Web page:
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Lauletta: Why the Thorns-Reign rivalry should have been played earlier

Photo Copyright Lindsay Trapnell for The Equalizer

Let’s get one thing straight from the top. Friday night’s Portland Thorns FCSeattle Reign FC match will be played in an electric atmosphere at Providence Park. It will be a grand showcase for the National Women’s Soccer League and a chance for Lifetime to promote the forthcoming playoffs. Women’s soccer matches in Portland are just different, and it is understandable why the league and A+E try to broadcast from there often, and why the NWSL Championship is returning there for the second time in four years of using a predetermined venue. Add to it that the teams and the cities don’t particularly care for each other, and it has all the makings of a super night of soccer.

But there are a few reasons I am not in favor of this as yet one-of-a-kind American WoSo rivalry being the final match for both squads.

One is that rivalry games such as this one carry enough weight to sell themselves, and thus in my opinion should not be presented as opening matches, final matches, or during any other time in the regular season when outside influences can hype a match. When Mia Hamm was single-handedly giving rival WUSA teams attendance boosts, it never made any sense for her Washington Freedom to be the opponents for any other team’s home opener. Why? Because at least in theory, the home opener is a match you can sell as an event, and visits from Mia were better served happening later in the season.

Thorns-Reign is a different scenario, as they face each other three times out of 108 league matches this season. But final matches are about qualifying for the playoffs, sorting the Golden Boot, resting for the playoffs, or, in extreme cases, a final chance to secure a first victory. Rivalry matches, for me, are best woven in to the narrative of the season on weekends.

EXTRA: Portland’s home-field advantage in 2018 isn’t quite what it used to be

Photo Copyright Lindsay Trapnell for The Equalizer

Keeping these sorts of matches off the final weekend also assures neither team is more motivated to rest for the playoffs than to run out the ideal lineup to gain or maintain bragging rights. And that leads us to the fact that whoever wins Friday’s match will host a semifinal the following weekend (the Reign will host if the teams draw). That’s a big deal, right?

I have long been of the opinion that as a sports culture we put way too much emphasis on home-field advantage. In five NWSL seasons, only twice has the home team won both semifinals, and the host lost the NWSL Championship both seasons before the format was changed. Every team wants to play at home, especially the Thorns, who are likely to draw in excess of 15,000 if it’s them. But adding to the equation for this one is the likelihood the same teams will play again in a week’s time. In fact, only a Thorns loss would even leave open the possibility of that not being the case, and even then it would require the Chicago Red Stars to beat Utah Royals FC the following day.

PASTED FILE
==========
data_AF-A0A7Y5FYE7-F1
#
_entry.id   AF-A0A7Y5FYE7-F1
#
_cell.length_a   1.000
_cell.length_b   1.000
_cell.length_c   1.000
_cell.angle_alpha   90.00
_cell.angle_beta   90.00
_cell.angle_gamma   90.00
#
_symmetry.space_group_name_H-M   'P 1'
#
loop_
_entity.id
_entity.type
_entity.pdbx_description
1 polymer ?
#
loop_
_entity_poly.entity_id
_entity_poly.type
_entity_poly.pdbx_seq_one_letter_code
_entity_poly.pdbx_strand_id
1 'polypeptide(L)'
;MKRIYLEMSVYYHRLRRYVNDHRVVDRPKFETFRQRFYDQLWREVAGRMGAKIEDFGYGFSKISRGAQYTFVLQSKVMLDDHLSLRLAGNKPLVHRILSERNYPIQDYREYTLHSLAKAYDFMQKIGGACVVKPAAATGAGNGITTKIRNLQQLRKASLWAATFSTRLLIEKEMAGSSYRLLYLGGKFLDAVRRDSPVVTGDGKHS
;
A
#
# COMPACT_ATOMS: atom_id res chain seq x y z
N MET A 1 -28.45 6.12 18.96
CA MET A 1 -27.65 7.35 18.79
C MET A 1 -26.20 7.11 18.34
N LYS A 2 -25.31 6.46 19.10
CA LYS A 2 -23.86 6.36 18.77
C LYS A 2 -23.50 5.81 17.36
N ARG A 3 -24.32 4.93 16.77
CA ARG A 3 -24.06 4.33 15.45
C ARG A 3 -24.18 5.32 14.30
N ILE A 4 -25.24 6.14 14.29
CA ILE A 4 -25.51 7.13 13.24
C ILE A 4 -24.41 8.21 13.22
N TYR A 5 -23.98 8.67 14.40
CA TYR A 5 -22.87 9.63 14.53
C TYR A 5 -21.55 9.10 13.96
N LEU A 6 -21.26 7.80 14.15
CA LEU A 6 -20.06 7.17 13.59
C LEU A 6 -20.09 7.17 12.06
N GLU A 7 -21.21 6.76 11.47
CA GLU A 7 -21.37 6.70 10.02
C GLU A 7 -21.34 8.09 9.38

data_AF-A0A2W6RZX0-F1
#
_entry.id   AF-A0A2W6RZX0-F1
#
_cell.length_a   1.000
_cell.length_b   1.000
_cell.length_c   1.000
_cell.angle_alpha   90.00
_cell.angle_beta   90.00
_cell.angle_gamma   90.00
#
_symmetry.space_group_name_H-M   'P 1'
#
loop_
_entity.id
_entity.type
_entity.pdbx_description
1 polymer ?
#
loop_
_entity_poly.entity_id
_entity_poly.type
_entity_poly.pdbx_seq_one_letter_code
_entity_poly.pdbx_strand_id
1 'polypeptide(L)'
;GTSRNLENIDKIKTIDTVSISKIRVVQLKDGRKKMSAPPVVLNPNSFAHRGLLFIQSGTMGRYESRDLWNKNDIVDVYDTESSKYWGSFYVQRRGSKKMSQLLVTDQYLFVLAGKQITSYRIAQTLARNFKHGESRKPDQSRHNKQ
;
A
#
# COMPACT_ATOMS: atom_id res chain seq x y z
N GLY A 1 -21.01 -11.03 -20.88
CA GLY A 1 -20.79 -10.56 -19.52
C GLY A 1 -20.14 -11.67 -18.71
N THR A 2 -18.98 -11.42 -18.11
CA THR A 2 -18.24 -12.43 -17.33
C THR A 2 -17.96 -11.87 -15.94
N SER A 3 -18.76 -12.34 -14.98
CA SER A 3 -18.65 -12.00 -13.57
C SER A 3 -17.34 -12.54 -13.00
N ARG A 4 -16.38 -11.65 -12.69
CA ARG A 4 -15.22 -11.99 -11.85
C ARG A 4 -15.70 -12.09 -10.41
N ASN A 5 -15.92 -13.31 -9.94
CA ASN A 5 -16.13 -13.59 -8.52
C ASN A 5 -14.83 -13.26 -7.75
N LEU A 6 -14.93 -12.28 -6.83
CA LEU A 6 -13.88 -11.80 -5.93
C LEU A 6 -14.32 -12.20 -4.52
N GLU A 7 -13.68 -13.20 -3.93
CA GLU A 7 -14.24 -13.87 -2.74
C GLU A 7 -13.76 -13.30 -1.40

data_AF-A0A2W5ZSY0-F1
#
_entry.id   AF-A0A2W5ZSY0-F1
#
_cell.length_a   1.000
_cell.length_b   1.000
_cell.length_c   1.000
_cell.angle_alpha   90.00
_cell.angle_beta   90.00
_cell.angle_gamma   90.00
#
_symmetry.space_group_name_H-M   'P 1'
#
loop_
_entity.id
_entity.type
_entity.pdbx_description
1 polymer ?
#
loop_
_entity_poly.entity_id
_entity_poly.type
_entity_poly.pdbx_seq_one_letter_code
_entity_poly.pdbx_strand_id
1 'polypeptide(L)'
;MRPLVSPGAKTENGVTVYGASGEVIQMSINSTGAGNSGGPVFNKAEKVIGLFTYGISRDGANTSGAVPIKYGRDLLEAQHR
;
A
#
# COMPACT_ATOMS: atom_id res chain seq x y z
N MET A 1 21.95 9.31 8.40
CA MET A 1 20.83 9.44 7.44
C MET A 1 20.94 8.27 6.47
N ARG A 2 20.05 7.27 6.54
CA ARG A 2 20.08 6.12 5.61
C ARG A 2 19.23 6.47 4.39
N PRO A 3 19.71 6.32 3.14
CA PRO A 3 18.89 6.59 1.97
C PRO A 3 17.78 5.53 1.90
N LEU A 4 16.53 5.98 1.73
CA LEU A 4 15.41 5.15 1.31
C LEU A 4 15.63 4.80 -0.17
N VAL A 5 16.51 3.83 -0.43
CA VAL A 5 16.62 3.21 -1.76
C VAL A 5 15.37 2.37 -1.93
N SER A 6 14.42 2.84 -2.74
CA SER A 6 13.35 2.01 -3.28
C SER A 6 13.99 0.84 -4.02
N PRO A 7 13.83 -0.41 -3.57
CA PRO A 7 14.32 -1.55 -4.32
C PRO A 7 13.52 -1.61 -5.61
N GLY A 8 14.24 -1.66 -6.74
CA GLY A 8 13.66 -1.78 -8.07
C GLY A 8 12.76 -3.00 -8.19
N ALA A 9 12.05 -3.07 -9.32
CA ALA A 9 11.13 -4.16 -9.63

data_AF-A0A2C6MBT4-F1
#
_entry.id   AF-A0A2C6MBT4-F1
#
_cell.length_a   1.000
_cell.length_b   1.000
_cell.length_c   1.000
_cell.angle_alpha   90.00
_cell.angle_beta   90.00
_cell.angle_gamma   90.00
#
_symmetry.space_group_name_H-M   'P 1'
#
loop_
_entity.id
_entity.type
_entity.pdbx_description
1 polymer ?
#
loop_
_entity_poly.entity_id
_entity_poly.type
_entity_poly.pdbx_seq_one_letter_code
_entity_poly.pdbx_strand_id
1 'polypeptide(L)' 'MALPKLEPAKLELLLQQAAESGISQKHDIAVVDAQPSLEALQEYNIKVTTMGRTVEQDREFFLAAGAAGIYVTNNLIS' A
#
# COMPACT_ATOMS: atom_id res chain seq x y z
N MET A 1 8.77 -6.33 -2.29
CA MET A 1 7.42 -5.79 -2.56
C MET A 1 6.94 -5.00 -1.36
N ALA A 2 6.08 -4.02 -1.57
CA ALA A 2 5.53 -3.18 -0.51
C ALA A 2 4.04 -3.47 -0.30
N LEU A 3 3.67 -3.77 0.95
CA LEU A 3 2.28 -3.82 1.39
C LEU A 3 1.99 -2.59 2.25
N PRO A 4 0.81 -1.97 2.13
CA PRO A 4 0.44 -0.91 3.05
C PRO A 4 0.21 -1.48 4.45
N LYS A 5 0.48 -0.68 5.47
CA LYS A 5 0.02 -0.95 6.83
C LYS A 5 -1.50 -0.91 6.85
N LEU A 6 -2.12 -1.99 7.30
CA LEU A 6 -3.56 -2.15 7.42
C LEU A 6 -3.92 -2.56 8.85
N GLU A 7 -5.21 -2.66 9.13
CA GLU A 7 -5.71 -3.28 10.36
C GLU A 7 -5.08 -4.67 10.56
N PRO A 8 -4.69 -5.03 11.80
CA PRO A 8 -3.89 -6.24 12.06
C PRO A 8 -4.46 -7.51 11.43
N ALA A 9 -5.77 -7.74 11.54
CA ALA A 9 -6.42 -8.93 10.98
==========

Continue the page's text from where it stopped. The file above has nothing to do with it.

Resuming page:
No matter the schedule, there will be a chance of teams playing in the final week to be matched up again in the semifinals. And when that happens, that final match has a tendency to be dull. When discussing Megan Rapinoe during a Wednesday conference call, Reign coach Vlatko Andonovski made it clear they were being as cautious as possible because the playoff game the week after is more important.

EXTRA: Can the Red Stars break their playoff curse?

On the flipside, some of the most respected minds in women’s soccer disagree with my premise on this. Aly Wagner, color commentator for Lifetime/ESPNews, had this to say about whether the coaches would hold back.

“The advantage of having home field is massive, more so for Portland being at Providence Park,” she said. “I also think [of] the mental side of it, if in fact it is a rematch, as we anticipate. You want the upper hand mentally. As a player, you don’t ever try to control or limit yourself. I would be really shocked if there was any sort of gamesmanship in terms of not playing all your cards. Maybe there’s wrinkles in formations that either coach has up their sleeves, but I doubt it. They’re pretty up front with how each team approaches things and I think that mental edge is something both teams are going to be striving for.”

Thorns coach Mark Parsons kept his cards close to his vest as usual, but downplayed the match-up in general.

“My answer is going to sound like what everyone would say, but I really mean it; I truly believe it. It doesn’t add anything more or less, it doesn’t mean anything more or less, of who we’re playing on Friday,” he said. “We have had more players miss critical games and the challenges we’ve gone through, we’re fighting for a home playoff game. From the ups and downs we had earlier in the season, we fought our way back into this situation. We’re playing a really quality team, so I would sum up our preparation as just being focused. We’re ultra-focused on what we need to do. The way the group has prepared has been really inspiring.”

I’m not quite sure if Parsons was supporting my point or not, and that’s probably how he wanted it. I’m guessing most of the readers here do not agree with me, either. And who knows, maybe we’ll get back-to-back classics in the Pacific Northwest. But when the 2019 schedule drops, I’ll be hoping for these games to fall elsewhere on the calendar.

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